Demographic Demands: How FinTechs can cater to Gen Z
The spending power of Generation Z – those born between the mid-90s and early-2010s – is on the rise.
In 2022, research by Gen Z Planet estimated a figure of $360 billion in disposable income, more than double what was estimated three years earlier. So, how do FinTechs capture and keep their attention?
Generation Z now accounts for around one-third of the global population. As such, they possess phenomenal spending power.
But FinTechs can’t take it for granted that the financial perspectives and behaviours among Gen Z are the same as their predecessors. They need to understand and respond to the generational shift that’s occurred if they are to remain attractive to this younger demographic. Gen Z represents huge economic opportunity, but attempts to capitalise on them could backfire if they are not engaged with properly.
Create a new generation of financial products
When thinking about financial offerings for Gen Z, one word should guide all decision-making: personalisation. Gen Z is not interested in a one-size-fits-all approach. They expect hyper-personalised services, which means delivering a service and experience that matches customer expectations based on their specific needs.
The majority (77%) of Gen Z believe it’s important for businesses to customise interactions, while 76% are looking for companies to send them digital communications they can customise based on their preferences.
The key to creating a personalised payments experience is understanding how Gen Z has been impacted by the financial landscape. Growing up during a global financial crisis, the coronavirus pandemic, and the current cost of living crisis, Gen Z are no strangers to facing periods of economic recession. Indeed, 74% of Gen Z report increased mental stress due to managing their financials. Introducing features to ease this mental strain is something FinTechs need to consider when developing new products.
Against this backdrop it follows that, perhaps more than any previous generation, Gen Z are very financially aware and risk averse. This is epitomised through their reduced use of credit cards: a massive 79% have a budget in place and 1 in 5 believe that personal debt should be avoided at all costs.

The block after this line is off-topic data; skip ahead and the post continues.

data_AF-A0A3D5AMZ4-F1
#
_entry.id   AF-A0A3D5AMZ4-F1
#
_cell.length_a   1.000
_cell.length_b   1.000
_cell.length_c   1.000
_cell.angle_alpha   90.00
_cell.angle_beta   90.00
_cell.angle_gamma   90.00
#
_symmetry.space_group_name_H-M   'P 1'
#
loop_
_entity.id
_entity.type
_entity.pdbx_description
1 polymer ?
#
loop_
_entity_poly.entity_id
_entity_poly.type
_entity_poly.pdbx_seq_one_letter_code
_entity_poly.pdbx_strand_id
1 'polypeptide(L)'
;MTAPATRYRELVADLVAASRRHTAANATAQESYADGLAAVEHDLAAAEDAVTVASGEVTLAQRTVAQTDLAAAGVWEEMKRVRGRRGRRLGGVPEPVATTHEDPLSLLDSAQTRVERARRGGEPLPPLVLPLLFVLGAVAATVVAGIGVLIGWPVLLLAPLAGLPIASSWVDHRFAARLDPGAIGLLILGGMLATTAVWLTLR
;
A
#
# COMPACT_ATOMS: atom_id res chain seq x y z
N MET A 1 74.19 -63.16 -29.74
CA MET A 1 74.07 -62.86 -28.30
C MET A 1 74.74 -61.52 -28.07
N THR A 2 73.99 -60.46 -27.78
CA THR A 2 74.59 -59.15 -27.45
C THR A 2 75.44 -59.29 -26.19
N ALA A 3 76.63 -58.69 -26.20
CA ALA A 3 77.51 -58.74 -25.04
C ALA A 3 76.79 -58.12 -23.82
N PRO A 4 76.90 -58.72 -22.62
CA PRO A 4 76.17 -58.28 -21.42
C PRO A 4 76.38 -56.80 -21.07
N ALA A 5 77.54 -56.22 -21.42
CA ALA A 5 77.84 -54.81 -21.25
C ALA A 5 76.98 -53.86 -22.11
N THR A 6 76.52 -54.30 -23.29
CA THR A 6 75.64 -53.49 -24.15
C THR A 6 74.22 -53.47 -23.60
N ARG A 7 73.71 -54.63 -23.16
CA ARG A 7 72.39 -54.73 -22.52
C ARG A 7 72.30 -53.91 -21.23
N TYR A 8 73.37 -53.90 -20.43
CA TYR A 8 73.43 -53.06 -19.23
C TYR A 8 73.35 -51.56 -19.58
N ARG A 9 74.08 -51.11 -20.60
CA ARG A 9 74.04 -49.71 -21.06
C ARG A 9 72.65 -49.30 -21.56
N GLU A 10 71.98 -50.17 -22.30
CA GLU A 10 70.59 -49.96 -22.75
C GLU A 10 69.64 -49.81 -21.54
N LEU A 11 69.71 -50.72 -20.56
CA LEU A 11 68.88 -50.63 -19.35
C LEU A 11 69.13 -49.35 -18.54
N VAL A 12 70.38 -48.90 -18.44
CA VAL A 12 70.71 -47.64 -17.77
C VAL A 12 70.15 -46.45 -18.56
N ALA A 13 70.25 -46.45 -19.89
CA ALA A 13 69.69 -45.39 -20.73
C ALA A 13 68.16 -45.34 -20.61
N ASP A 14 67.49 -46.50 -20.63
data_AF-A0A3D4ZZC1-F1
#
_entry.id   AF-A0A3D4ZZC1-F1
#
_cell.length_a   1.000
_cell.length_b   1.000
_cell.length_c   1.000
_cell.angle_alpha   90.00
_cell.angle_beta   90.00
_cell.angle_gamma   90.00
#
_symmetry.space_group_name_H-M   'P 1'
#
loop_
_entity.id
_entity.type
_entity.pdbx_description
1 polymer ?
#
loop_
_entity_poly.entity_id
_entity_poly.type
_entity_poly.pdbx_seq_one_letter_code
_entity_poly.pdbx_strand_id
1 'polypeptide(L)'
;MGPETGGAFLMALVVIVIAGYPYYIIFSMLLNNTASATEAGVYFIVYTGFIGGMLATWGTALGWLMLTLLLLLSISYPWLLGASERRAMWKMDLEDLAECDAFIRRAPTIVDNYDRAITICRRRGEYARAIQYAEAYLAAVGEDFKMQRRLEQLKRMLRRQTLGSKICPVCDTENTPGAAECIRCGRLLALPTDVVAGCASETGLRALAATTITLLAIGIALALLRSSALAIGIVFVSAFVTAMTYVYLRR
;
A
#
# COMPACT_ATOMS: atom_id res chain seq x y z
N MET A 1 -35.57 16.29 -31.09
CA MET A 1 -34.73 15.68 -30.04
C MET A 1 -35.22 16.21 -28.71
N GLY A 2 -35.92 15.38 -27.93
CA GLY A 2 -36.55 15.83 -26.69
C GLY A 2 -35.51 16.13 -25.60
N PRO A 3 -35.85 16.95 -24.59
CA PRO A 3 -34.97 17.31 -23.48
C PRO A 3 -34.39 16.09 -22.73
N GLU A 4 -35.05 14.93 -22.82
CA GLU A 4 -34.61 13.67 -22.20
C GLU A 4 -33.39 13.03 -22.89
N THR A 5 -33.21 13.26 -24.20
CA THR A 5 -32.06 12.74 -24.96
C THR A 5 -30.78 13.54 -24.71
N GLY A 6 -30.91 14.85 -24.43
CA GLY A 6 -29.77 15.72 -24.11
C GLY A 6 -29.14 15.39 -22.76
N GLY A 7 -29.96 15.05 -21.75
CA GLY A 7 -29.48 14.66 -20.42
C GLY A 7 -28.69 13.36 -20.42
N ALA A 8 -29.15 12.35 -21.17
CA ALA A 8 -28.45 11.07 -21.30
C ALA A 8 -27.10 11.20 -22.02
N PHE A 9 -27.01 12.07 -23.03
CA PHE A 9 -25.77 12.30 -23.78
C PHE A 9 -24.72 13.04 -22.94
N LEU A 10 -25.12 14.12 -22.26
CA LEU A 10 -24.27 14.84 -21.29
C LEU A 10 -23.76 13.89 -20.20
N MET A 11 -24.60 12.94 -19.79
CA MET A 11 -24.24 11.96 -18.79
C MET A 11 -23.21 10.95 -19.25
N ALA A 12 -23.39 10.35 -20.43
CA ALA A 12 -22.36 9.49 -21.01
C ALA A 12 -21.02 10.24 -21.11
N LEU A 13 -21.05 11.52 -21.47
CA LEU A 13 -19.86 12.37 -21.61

Yet according to a tracking study released by the research company PYMNTS, ‘Buy Now, Pay Later’ (BNPL) services, do appeal to younger consumers. They offer more choice when it comes to large purchases and can be a cheaper alternative to the more conventional credit card. BNPL often has no interest or fees associated to it, something highly attractive to the budget conscious Gen Z.
Raise your social media game
The savviest brands taking things a step further with hyper-personalisation, perhaps gamifying personal finance to help young people learn better habits. This level of engagement can start today by recognising the importance of social media to this demographic. Gen Z, who spend the most time on social media of any generation at 2.5 hours per day, are demanding greater integration with social platforms.
Social media has transformed the relationship financial institutions have with young customers, from improving customer service to allowing users to transfer money via online platforms.
According to a survey commissioned by GOBankingRates recent 38.8% of Gen Zers learn about personal finance from YouTube, TikTok, or other social media platforms. For example, the hashtag #PersonalFinance on TikTok has seen more than 4.4 billion views and #StockTok 1.4 billion views.
Recognising this potential, FinTechs are now using social media data to help people get access to credit or even open a bank account. This is particularly important as Gen Z can be distrustful of messages from the government and large corporate bodies, instead taking recommendations from friends, family members, and trusted ‘finfluencers’. In fact, this generation is almost five times more likely to get financial advice from social media than adults who are 41 and older.
Gen Z cares – ensure you do too
This really is the generation that cares. They are socially conscious, hyper-aware of green issues, and expect the brands they engage with to be as well.
This means FinTechs can benefit from aligning with the identity and values of their Gen Z customers to nurture long-term relationships. Gen Zers are more likely to prefer buying from sustainable brands and are willing to spend more to do so. This attitude extends to their investment preferences. Four out of five Gen Zers factor ESG into their investment decisions.
For FinTechs, it is an opportunity to take a holistic approach to assessing their supply chain, hold partners to high ESG standards, and ensure claims around sustainability can be backed up if challenged. This transparency is crucial as this generation is incredibly savvy and won’t be fooled by greenwashing attempts.
As Gen Z comes of age, these are exciting times for FinTechs who must position themselves to react to the needs of a new generation of consumer. By user testing products, listening to customer needs, and actively engaging on social media, FinTechs can learn from and cater to the specific financial practices and values of Gen Z.
In my experience, FinTechs have struggled to empathise with younger generations, which is understandable - young people are underrepresented within the sector. But I'd encourage them to look for outside support - from providers like ourselves - who can open their eyes to the needs of this generation.